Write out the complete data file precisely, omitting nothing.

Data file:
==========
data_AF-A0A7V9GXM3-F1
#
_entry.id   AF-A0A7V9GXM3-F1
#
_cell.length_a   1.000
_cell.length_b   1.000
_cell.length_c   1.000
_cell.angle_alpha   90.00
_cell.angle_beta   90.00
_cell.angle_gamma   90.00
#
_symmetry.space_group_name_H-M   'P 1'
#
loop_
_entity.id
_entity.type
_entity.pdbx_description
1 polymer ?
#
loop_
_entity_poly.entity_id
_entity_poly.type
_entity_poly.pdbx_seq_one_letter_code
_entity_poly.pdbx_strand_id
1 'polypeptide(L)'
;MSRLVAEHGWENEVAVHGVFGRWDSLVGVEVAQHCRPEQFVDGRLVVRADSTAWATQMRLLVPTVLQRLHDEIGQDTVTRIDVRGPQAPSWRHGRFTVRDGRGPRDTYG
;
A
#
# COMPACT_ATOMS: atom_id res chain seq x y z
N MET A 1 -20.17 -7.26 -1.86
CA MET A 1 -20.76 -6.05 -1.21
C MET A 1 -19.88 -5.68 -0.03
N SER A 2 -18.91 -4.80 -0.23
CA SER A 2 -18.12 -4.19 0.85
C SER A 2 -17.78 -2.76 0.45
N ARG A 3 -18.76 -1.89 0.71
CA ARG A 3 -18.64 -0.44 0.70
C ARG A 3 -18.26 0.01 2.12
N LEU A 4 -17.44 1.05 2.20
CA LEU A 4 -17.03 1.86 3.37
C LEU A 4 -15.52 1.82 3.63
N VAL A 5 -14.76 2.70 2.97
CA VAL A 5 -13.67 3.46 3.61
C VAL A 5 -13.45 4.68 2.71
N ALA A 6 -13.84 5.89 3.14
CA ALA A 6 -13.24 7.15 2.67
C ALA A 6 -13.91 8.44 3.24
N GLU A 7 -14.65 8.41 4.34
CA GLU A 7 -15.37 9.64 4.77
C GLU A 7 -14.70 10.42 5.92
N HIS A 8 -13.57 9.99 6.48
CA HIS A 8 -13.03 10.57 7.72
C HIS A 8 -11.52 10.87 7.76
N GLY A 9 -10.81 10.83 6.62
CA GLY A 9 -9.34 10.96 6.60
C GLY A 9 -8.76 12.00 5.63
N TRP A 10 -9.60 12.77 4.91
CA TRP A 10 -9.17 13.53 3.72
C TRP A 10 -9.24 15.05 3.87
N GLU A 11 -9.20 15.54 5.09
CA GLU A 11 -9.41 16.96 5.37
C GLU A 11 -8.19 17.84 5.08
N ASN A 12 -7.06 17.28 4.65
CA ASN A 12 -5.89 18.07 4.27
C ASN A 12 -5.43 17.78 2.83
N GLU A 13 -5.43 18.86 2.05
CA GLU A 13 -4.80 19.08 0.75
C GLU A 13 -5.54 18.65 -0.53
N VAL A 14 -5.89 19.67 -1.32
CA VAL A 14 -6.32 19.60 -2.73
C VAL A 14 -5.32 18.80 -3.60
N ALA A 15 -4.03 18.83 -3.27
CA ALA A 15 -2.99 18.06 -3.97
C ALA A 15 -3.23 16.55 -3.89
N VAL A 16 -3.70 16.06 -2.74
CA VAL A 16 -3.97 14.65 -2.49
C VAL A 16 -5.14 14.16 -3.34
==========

data_AF-A0A7V9GXM3-F1
#
_entry.id   AF-A0A7V9GXM3-F1
#
_cell.length_a   1.000
_cell.length_b   1.000
_cell.length_c   1.000
_cell.angle_alpha   90.00
_cell.angle_beta   90.00
_cell.angle_gamma   90.00
#
_symmetry.space_group_name_H-M   'P 1'
#
loop_
_entity.id
_entity.type
_entity.pdbx_description
1 polymer ?
#
loop_
_entity_poly.entity_id
_entity_poly.type
_entity_poly.pdbx_seq_one_letter_code
_entity_poly.pdbx_strand_id
1 'polypeptide(L)'
;MSRLVAEHGWENEVAVHGVFGRWDSLVGVEVAQHCRPEQFVDGRLVVRADSTAWATQMRLLVPTVLQRLHDEIGQDTVTRIDVRGPQAPSWRHGRFTVRDGRGPRDTYG
;
A
#
# COMPACT_ATOMS: atom_id res chain seq x y z
N MET A 1 -20.17 -7.26 -1.86
CA MET A 1 -20.76 -6.05 -1.21
C MET A 1 -19.88 -5.68 -0.03
N SER A 2 -18.91 -4.80 -0.23
CA SER A 2 -18.12 -4.19 0.85
C SER A 2 -17.78 -2.76 0.45
N ARG A 3 -18.76 -1.89 0.71
CA ARG A 3 -18.64 -0.44 0.70
C ARG A 3 -18.26 0.01 2.12
N LEU A 4 -17.44 1.05 2.20
CA LEU A 4 -17.03 1.86 3.37
C LEU A 4 -15.52 1.82 3.63
N VAL A 5 -14.76 2.70 2.97
CA VAL A 5 -13.67 3.46 3.61
C VAL A 5 -13.45 4.68 2.71
N ALA A 6 -13.84 5.89 3.14
CA ALA A 6 -13.24 7.15 2.67
C ALA A 6 -13.91 8.44 3.24
N GLU A 7 -14.65 8.41 4.34
CA GLU A 7 -15.37 9.64 4.77
C GLU A 7 -14.70 10.42 5.92
N HIS A 8 -13.57 9.99 6.48
CA HIS A 8 -13.03 10.57 7.72
C HIS A 8 -11.52 10.87 7.76
N GLY A 9 -10.81 10.83 6.62
CA GLY A 9 -9.34 10.96 6.60
C GLY A 9 -8.76 12.00 5.63
N TRP A 10 -9.60 12.77 4.91
CA TRP A 10 -9.17 13.53 3.72
C TRP A 10 -9.24 15.05 3.87
N GLU A 11 -9.20 15.54 5.09
CA GLU A 11 -9.41 16.96 5.37
C GLU A 11 -8.19 17.84 5.08
N ASN A 12 -7.06 17.28 4.65
CA ASN A 12 -5.89 18.07 4.27
C ASN A 12 -5.43 17.78 2.83
N GLU A 13 -5.43 18.86 2.05
CA GLU A 13 -4.80 19.08 0.75
C GLU A 13 -5.54 18.65 -0.53
N VAL A 14 -5.89 19.67 -1.32
CA VAL A 14 -6.32 19.60 -2.73
C VAL A 14 -5.32 18.80 -3.60
N ALA A 15 -4.03 18.83 -3.27
CA ALA A 15 -2.99 18.06 -3.97
C ALA A 15 -3.23 16.55 -3.89
N VAL A 16 -3.70 16.06 -2.74
CA VAL A 16 -3.97 14.65 -2.49
C VAL A 16 -5.14 14.16 -3.34